London to proceed with North-South cycle superhighway

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As part of its continued ambition to reduce the number of cars on the capital’s roads by providing safe and practical cycling facilities, London is to go ahead with a major North-South link on its bicycle network.

Transport for London (TfL) and the Mayor of London, Sadiq Khan, have confirmed their intention to proceed with the North-South Cycle Superhighway from Elephant and Castle to King’s Cross, as TfL published its response to the recent consultation. The plans, which will also benefit pedestrians with wider pavements and more crossing points, were supported by 70% of the public when consulted on earlier this year. Once completed, the full route, also known as Cycle Superhighway 6 (CS6), will provide a safe and direct route for cyclists across central London between Elephant and Castle in the south, and King’s Cross. At a total length of 3 miles (5km), the route will be either fully separated from traffic, or on quiet back streets. At its northern end, the route will connect with the planned Quietway 2 and Central London Grid routes, allowing cyclists to travel safely to Hackney, Walthamstow, Camden and Swiss Cottage, and opening up the city to cycling.

TfL has closely considered all of the responses received in the consultation for this scheme and incorporated several changes to the original plan to address the concerns of local residents and stakeholders. A detailed design will now be developed and, subject to approval from Camden Council and Islington Council, construction will begin in spring 2017. The new, safe and attractive route is expected to be as popular as the first section, which opened in April between Elephant and Castle and Stonecutter Street, unlocking huge latent demand for safe cycling routes. On Blackfriars Bridge, which is part of the route, 70% of all vehicles during the busiest times are now cyclists. Pedestrians will also benefit from the plans, with 1,600m2 of new footway along the route, as well as 14 new or upgraded signalized pedestrian crossings, with tactile paving and pedestrian countdown technology. The plans also include a much improved pedestrian crossing at Farringdon Road for the many thousands of Thameslink passengers who use Farringdon station each day, and for those who will use the new Crossrail station in two years’ time.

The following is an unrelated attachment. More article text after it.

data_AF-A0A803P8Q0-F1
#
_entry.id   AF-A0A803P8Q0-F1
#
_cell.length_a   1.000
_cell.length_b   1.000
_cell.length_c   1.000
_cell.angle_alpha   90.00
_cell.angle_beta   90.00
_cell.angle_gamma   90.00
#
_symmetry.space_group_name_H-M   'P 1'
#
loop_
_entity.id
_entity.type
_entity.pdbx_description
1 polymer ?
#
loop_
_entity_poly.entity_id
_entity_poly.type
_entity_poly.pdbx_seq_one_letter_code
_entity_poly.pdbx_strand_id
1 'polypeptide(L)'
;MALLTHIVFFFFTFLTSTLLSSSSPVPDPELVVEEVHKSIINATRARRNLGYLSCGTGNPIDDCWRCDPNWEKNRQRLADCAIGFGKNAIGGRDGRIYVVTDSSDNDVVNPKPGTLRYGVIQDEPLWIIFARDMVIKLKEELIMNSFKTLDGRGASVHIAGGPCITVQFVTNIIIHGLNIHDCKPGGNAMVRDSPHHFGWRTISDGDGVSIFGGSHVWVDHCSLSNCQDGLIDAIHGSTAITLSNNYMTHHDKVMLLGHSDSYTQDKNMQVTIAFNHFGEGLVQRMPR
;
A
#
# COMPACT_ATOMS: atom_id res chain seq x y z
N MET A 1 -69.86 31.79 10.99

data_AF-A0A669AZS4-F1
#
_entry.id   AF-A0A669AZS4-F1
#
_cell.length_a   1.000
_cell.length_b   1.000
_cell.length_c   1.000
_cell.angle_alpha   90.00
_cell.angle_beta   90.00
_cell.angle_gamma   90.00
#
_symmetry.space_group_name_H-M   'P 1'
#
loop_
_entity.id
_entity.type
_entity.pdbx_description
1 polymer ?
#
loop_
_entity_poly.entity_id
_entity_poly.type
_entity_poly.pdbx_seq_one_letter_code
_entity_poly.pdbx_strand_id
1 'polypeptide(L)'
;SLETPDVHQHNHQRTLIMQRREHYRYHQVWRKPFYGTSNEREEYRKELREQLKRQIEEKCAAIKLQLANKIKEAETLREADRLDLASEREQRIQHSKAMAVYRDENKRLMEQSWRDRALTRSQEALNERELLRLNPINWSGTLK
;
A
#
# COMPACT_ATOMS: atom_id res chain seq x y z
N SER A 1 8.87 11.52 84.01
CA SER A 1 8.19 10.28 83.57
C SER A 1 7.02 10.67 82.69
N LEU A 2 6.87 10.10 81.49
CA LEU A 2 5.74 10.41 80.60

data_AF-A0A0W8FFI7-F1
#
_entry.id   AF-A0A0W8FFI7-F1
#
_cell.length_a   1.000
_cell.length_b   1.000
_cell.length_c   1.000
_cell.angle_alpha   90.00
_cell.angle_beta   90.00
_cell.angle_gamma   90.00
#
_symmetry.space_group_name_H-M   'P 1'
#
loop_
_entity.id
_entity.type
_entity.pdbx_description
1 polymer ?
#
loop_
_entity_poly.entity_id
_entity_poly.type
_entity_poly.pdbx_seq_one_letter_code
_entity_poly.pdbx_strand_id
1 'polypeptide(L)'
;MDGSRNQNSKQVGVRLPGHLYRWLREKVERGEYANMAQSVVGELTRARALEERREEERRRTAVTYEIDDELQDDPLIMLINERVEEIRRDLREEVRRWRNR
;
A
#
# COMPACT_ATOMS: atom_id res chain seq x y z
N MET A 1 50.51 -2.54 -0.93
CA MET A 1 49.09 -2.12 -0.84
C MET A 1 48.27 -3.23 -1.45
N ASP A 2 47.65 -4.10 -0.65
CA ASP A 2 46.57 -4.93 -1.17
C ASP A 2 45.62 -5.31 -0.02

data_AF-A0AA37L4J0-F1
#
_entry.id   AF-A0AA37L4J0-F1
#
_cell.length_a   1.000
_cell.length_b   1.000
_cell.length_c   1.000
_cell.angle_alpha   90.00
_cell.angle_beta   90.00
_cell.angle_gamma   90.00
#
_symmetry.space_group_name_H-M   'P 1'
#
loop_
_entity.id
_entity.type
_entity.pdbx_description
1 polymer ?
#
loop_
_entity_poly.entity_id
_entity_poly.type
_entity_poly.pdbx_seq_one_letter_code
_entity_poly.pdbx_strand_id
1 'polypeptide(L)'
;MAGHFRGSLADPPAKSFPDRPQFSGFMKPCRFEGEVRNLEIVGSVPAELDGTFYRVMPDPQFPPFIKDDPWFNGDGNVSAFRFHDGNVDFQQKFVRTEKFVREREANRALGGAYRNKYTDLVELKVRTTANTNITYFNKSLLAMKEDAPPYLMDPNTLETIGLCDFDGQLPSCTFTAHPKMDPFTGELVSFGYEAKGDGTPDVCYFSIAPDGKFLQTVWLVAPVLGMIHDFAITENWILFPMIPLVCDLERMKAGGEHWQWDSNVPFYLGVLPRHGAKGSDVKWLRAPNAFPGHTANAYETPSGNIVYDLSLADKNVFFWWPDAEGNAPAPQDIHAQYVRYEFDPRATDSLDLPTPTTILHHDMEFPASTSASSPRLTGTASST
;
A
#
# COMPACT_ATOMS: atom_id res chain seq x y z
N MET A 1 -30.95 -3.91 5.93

Announcing approval for the scheme, Khan said, “We must make it safer and easier for all Londoners to cycle. It can have major benefits for our health, and making cycling part of people’s everyday lives will also help clean up London’s toxic air. The extension of the North-South Cycle Superhighway will make a big difference, joining up existing and planned safe cycle routes in this part of London, and making cycling a safe and practical option for thousands more Londoners. We’re determined to learn all the lessons from previous superhighway schemes, and we’ve listened carefully to everyone who responded to the consultation. This includes incorporating wider pavements and more crossing points to ensure pedestrians properly benefit from the new scheme too.”

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Tom has edited Traffic Technology International magazine and the Traffic Technology Today website since he joined the company in May 2014. Prior to this he worked on some of the UK's leading consumer magazine titles including Men's Health and Glamour, beginning his career in journalism in 1997 after graduating with a law degree from the London School of Economics (LSE).

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